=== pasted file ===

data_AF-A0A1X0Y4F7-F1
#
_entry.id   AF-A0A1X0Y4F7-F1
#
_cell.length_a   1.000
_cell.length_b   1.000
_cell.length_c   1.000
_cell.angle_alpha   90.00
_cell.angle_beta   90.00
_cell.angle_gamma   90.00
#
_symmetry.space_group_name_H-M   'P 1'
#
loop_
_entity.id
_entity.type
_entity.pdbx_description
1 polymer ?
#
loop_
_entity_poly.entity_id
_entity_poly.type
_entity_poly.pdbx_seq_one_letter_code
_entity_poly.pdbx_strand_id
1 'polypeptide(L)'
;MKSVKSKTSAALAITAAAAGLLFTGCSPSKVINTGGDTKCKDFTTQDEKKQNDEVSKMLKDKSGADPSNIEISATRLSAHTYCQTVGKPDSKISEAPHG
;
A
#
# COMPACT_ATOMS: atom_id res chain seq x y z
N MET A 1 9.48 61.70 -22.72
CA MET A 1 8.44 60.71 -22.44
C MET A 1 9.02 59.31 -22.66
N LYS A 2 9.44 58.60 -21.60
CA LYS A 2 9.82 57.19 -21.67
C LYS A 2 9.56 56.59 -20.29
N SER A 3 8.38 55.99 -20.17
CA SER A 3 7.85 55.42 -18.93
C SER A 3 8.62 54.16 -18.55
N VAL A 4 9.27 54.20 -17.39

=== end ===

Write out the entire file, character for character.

data_AF-A0A1X0Y4F7-F1
#
_entry.id   AF-A0A1X0Y4F7-F1
#
_cell.length_a   1.000
_cell.length_b   1.000
_cell.length_c   1.000
_cell.angle_alpha   90.00
_cell.angle_beta   90.00
_cell.angle_gamma   90.00
#
_symmetry.space_group_name_H-M   'P 1'
#
loop_
_entity.id
_entity.type
_entity.pdbx_description
1 polymer ?
#
loop_
_entity_poly.entity_id
_entity_poly.type
_entity_poly.pdbx_seq_one_letter_code
_entity_poly.pdbx_strand_id
1 'polypeptide(L)'
;MKSVKSKTSAALAITAAAAGLLFTGCSPSKVINTGGDTKCKDFTTQDEKKQNDEVSKMLKDKSGADPSNIEISATRLSAHTYCQTVGKPDSKISEAPHG
;
A
#
# COMPACT_ATOMS: atom_id res chain seq x y z
N MET A 1 9.48 61.70 -22.72
CA MET A 1 8.44 60.71 -22.44
C MET A 1 9.02 59.31 -22.66
N LYS A 2 9.44 58.60 -21.60
CA LYS A 2 9.82 57.19 -21.67
C LYS A 2 9.56 56.59 -20.29
N SER A 3 8.38 55.99 -20.17
CA SER A 3 7.85 55.42 -18.93
C SER A 3 8.62 54.16 -18.55
N VAL A 4 9.27 54.20 -17.39